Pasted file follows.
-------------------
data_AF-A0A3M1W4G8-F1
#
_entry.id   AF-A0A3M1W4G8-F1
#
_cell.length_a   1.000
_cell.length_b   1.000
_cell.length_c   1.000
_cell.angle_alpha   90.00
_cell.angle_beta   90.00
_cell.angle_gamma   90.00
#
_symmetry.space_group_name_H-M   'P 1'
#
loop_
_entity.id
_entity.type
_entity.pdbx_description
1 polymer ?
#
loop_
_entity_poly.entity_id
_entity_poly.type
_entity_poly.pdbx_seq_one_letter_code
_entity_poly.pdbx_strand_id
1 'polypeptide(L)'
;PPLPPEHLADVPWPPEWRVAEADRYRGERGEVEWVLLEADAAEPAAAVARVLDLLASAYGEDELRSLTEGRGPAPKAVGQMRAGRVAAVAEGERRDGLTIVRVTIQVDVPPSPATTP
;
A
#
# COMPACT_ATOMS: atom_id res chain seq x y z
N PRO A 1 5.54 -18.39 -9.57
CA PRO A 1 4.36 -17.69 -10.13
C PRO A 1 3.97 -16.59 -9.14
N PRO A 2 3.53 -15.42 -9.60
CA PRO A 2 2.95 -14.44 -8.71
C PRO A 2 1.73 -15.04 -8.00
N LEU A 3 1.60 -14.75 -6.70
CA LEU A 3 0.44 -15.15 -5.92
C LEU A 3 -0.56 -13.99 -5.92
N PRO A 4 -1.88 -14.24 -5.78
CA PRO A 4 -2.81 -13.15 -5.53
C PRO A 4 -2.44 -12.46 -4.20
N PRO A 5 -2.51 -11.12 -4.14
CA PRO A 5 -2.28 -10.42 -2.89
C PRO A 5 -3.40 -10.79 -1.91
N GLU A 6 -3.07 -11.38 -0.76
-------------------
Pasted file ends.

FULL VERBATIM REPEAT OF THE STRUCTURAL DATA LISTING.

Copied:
data_AF-A0A3M1W4G8-F1
#
_entry.id   AF-A0A3M1W4G8-F1
#
_cell.length_a   1.000
_cell.length_b   1.000
_cell.length_c   1.000
_cell.angle_alpha   90.00
_cell.angle_beta   90.00
_cell.angle_gamma   90.00
#
_symmetry.space_group_name_H-M   'P 1'
#
loop_
_entity.id
_entity.type
_entity.pdbx_description
1 polymer ?
#
loop_
_entity_poly.entity_id
_entity_poly.type
_entity_poly.pdbx_seq_one_letter_code
_entity_poly.pdbx_strand_id
1 'polypeptide(L)'
;PPLPPEHLADVPWPPEWRVAEADRYRGERGEVEWVLLEADAAEPAAAVARVLDLLASAYGEDELRSLTEGRGPAPKAVGQMRAGRVAAVAEGERRDGLTIVRVTIQVDVPPSPATTP
;
A
#
# COMPACT_ATOMS: atom_id res chain seq x y z
N PRO A 1 5.54 -18.39 -9.57
CA PRO A 1 4.36 -17.69 -10.13
C PRO A 1 3.97 -16.59 -9.14
N PRO A 2 3.53 -15.42 -9.60
CA PRO A 2 2.95 -14.44 -8.71
C PRO A 2 1.73 -15.04 -8.00
N LEU A 3 1.60 -14.75 -6.70
CA LEU A 3 0.44 -15.15 -5.92
C LEU A 3 -0.56 -13.99 -5.92
N PRO A 4 -1.88 -14.24 -5.78
CA PRO A 4 -2.81 -13.15 -5.53
C PRO A 4 -2.44 -12.46 -4.20
N PRO A 5 -2.51 -11.12 -4.14
CA PRO A 5 -2.28 -10.42 -2.89
C PRO A 5 -3.40 -10.79 -1.91
N GLU A 6 -3.07 -11.38 -0.76